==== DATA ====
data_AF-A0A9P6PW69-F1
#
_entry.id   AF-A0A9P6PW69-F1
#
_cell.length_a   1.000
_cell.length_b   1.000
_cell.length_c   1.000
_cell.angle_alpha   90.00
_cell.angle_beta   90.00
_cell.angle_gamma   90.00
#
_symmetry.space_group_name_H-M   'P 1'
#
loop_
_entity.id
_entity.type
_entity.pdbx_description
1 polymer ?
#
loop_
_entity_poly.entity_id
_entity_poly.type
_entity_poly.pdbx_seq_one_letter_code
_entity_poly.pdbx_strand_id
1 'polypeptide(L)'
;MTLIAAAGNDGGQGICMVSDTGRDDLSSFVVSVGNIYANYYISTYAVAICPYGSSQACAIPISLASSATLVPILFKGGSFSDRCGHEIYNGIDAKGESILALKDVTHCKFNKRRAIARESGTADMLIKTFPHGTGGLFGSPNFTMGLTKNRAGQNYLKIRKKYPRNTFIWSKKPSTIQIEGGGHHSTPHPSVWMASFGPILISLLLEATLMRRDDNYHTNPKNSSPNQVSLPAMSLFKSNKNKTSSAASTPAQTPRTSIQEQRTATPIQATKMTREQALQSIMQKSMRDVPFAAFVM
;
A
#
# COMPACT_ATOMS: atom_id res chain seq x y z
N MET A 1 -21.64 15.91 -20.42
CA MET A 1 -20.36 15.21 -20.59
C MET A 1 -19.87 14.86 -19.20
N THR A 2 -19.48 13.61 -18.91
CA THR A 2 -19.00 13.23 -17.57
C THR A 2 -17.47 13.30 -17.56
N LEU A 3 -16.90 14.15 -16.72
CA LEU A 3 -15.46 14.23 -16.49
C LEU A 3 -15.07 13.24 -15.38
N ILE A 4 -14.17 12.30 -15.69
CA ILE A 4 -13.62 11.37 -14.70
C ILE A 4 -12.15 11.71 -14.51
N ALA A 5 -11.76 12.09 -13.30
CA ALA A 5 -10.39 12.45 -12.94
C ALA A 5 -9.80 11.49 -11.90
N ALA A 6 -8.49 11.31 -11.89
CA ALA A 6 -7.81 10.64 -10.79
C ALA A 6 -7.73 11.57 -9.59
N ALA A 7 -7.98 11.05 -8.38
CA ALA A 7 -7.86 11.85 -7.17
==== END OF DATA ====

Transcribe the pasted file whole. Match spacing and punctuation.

data_AF-A0A9P6PW69-F1
#
_entry.id   AF-A0A9P6PW69-F1
#
_cell.length_a   1.000
_cell.length_b   1.000
_cell.length_c   1.000
_cell.angle_alpha   90.00
_cell.angle_beta   90.00
_cell.angle_gamma   90.00
#
_symmetry.space_group_name_H-M   'P 1'
#
loop_
_entity.id
_entity.type
_entity.pdbx_description
1 polymer ?
#
loop_
_entity_poly.entity_id
_entity_poly.type
_entity_poly.pdbx_seq_one_letter_code
_entity_poly.pdbx_strand_id
1 'polypeptide(L)'
;MTLIAAAGNDGGQGICMVSDTGRDDLSSFVVSVGNIYANYYISTYAVAICPYGSSQACAIPISLASSATLVPILFKGGSFSDRCGHEIYNGIDAKGESILALKDVTHCKFNKRRAIARESGTADMLIKTFPHGTGGLFGSPNFTMGLTKNRAGQNYLKIRKKYPRNTFIWSKKPSTIQIEGGGHHSTPHPSVWMASFGPILISLLLEATLMRRDDNYHTNPKNSSPNQVSLPAMSLFKSNKNKTSSAASTPAQTPRTSIQEQRTATPIQATKMTREQALQSIMQKSMRDVPFAAFVM
;
A
#
# COMPACT_ATOMS: atom_id res chain seq x y z
N MET A 1 -21.64 15.91 -20.42
CA MET A 1 -20.36 15.21 -20.59
C MET A 1 -19.87 14.86 -19.20
N THR A 2 -19.48 13.61 -18.91
CA THR A 2 -19.00 13.23 -17.57
C THR A 2 -17.47 13.30 -17.56
N LEU A 3 -16.90 14.15 -16.72
CA LEU A 3 -15.46 14.23 -16.49
C LEU A 3 -15.07 13.24 -15.38
N ILE A 4 -14.17 12.30 -15.69
CA ILE A 4 -13.62 11.37 -14.70
C ILE A 4 -12.15 11.71 -14.51
N ALA A 5 -11.76 12.09 -13.30
CA ALA A 5 -10.39 12.45 -12.94
C ALA A 5 -9.80 11.49 -11.90
N ALA A 6 -8.49 11.31 -11.89
CA ALA A 6 -7.81 10.64 -10.79
C ALA A 6 -7.73 11.57 -9.59
N ALA A 7 -7.98 11.05 -8.38
CA ALA A 7 -7.86 11.85 -7.17